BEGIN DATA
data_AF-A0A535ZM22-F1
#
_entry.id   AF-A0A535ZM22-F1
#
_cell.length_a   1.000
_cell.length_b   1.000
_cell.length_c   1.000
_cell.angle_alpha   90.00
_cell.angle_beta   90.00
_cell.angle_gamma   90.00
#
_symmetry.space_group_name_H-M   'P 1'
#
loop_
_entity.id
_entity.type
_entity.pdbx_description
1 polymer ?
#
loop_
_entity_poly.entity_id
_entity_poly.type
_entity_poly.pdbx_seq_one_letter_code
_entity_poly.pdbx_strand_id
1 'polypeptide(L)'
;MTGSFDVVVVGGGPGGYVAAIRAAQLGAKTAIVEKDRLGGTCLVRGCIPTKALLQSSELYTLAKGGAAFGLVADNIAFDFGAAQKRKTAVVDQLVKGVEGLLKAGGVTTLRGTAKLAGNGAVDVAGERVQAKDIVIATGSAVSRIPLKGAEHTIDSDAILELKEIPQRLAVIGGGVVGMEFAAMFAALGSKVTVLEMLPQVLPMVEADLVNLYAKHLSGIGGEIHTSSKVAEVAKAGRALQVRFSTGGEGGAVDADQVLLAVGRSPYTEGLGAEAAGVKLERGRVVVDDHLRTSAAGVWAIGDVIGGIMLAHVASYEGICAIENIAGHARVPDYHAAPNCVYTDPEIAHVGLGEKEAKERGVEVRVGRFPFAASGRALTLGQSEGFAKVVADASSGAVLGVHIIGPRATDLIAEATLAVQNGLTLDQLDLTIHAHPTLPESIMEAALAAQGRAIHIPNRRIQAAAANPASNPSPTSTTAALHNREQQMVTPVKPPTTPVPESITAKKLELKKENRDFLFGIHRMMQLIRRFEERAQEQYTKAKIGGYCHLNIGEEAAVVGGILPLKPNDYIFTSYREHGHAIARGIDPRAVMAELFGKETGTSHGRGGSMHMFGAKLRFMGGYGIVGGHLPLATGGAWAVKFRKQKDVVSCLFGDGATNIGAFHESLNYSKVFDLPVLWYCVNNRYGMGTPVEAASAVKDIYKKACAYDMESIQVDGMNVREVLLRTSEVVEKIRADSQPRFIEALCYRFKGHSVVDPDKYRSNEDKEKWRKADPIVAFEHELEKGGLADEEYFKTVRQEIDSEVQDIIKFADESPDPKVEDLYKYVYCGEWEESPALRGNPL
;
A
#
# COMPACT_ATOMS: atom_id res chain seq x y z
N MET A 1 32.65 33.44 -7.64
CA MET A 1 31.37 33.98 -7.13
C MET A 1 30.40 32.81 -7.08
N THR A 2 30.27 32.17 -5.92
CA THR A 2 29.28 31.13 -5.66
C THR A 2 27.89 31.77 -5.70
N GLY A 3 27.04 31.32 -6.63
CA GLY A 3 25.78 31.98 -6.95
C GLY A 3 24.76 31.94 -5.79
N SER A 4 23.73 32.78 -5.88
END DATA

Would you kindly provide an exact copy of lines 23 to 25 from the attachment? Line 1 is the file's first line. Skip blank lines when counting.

_entity_poly.pdbx_seq_one_letter_code
_entity_poly.pdbx_strand_id
1 'polypeptide(L)'